The blitz failed, predictably and miserably. My arms are wildly hammered down yet again. I am caught in mid-step, actually chambering for a kick. Momentum spins me 180 degrees before he kicks out my supporting leg. The numbness prevents me from immediately feeling the ankle lock now being applied. I am unable to counter this as I have been unable to counter anything else he’s thrown at me during this nightmare. As my hands flail the ground in pain, I perceive another figure other than the one I am trying to survive against. It’s hovering actually, shimmering like a mirage. At once... a vestige of hope! Surely this is an agent of The Other Side. Perhaps the khodam of an amulet or jimat come to fulfill its obligation in return for all of the sajen I have provided every malam Jumat. No such luck. I realize it is merely the spectre of my own arrogance and pride given form. I don’t hold anything against it, though. I created it myself. I was a fool for trusting it.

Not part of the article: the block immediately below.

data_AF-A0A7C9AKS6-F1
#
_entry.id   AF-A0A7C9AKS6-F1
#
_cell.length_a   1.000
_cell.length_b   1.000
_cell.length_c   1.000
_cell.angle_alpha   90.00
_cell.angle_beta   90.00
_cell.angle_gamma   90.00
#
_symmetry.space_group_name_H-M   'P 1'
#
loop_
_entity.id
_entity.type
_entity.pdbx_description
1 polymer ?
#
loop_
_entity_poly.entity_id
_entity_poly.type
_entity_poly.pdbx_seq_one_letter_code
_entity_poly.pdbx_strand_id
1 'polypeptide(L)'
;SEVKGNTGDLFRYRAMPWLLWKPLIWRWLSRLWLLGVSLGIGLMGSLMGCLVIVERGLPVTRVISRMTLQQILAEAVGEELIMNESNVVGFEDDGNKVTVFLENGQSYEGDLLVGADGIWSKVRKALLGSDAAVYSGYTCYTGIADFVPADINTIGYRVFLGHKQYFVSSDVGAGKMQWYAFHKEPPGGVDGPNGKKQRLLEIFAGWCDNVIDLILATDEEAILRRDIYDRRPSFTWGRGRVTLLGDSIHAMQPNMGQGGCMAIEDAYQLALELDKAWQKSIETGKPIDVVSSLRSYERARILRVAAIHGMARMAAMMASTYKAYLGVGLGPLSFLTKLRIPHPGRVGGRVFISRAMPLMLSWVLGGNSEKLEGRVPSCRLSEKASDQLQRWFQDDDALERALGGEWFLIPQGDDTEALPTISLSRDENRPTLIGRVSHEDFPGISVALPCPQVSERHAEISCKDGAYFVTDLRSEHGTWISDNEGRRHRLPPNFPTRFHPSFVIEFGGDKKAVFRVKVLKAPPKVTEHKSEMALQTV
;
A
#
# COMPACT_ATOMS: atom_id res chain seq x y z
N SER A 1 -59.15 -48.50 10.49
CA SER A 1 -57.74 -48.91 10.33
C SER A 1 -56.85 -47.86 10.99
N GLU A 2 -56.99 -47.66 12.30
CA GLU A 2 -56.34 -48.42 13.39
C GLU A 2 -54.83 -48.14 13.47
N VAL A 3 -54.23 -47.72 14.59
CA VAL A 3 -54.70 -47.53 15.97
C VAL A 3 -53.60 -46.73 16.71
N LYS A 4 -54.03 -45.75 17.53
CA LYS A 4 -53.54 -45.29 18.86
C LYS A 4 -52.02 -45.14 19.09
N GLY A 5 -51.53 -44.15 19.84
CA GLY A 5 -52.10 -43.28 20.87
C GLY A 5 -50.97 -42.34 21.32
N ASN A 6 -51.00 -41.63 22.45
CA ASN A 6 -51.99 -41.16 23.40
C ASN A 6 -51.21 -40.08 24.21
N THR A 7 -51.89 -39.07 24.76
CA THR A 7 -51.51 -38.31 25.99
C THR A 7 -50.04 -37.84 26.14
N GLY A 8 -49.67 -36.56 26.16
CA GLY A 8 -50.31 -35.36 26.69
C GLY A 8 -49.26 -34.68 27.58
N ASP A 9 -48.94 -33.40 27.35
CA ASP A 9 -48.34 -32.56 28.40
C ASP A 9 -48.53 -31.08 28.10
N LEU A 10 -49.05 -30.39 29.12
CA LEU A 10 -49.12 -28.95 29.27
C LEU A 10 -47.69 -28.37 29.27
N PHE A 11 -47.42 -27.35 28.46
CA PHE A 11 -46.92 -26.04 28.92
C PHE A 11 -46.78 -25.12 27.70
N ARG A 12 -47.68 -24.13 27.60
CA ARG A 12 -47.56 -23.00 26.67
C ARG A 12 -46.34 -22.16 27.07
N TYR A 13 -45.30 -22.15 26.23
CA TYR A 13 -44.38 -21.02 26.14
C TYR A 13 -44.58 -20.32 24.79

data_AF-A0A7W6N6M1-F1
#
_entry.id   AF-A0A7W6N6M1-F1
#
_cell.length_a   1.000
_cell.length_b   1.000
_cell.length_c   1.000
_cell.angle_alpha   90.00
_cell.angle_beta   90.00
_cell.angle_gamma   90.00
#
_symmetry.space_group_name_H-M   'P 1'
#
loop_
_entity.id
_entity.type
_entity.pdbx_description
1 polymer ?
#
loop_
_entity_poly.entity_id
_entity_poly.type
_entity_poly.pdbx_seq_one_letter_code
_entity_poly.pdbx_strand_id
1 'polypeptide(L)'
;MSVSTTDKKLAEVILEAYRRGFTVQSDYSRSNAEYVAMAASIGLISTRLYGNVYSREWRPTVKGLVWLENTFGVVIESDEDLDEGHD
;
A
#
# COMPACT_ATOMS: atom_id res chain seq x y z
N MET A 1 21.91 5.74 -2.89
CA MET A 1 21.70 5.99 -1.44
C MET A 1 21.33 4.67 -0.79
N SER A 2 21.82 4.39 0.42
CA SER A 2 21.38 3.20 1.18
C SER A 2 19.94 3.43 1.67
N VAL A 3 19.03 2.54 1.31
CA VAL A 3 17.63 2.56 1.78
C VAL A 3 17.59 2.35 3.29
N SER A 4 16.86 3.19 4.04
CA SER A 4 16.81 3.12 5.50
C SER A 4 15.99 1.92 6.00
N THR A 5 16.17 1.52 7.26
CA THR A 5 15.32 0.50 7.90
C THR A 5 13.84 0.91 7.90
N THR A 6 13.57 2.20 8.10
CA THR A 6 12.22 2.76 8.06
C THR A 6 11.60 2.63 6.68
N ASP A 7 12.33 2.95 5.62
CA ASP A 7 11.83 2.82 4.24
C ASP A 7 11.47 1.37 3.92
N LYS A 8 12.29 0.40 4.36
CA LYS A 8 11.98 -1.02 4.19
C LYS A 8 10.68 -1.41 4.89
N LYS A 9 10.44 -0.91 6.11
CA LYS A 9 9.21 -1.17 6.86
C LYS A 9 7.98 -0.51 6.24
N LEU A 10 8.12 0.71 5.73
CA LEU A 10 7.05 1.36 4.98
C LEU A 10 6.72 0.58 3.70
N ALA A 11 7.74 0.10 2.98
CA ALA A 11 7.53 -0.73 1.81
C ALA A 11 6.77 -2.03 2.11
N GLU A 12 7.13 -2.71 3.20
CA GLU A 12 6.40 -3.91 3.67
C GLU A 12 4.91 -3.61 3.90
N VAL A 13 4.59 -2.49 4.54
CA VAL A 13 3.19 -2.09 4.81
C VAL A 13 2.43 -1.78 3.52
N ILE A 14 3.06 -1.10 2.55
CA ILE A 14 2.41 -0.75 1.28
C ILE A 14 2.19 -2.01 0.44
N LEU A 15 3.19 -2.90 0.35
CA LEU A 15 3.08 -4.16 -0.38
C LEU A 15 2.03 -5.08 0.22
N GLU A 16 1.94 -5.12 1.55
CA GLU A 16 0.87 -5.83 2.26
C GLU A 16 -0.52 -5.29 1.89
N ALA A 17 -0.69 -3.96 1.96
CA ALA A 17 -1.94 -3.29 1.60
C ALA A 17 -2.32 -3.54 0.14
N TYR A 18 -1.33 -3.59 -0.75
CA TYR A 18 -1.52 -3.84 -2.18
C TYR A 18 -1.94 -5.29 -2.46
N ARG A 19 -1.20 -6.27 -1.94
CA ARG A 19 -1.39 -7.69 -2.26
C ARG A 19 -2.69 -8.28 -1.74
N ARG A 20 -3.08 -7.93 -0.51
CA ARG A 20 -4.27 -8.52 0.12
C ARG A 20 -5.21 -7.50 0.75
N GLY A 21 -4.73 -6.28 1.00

When did this go awry? It began simply enough as a sparring session. The last session two days ago had been much different. We barely even touched hands then. The videotape showed two players moving, turning, shifting with grace and artistically accentuated movements in time to an implied gamelon. The younger one (none other than your friend and humble narrator) appeared focused and concentrated - to mask his own uneasiness in the face of the unknown. The Elder, glided so effortlessly through his footwork, in what could best be described as a good-natured ‘caricature’ (or maybe mockery) of the younger’s movements, with the smile of someone clearly enjoying the novelty of the experience. Not the grimacing Demon I am facing now. It had finished on an appropriately dramatic note, followed by the resounding applause of the other sixty or so seminar participants. In the span of time between then and now, what had I missed? There had been no discernable change in the atmosphere. Somewhere along the line, had there been some transgression that would warrant such a painful rebuke?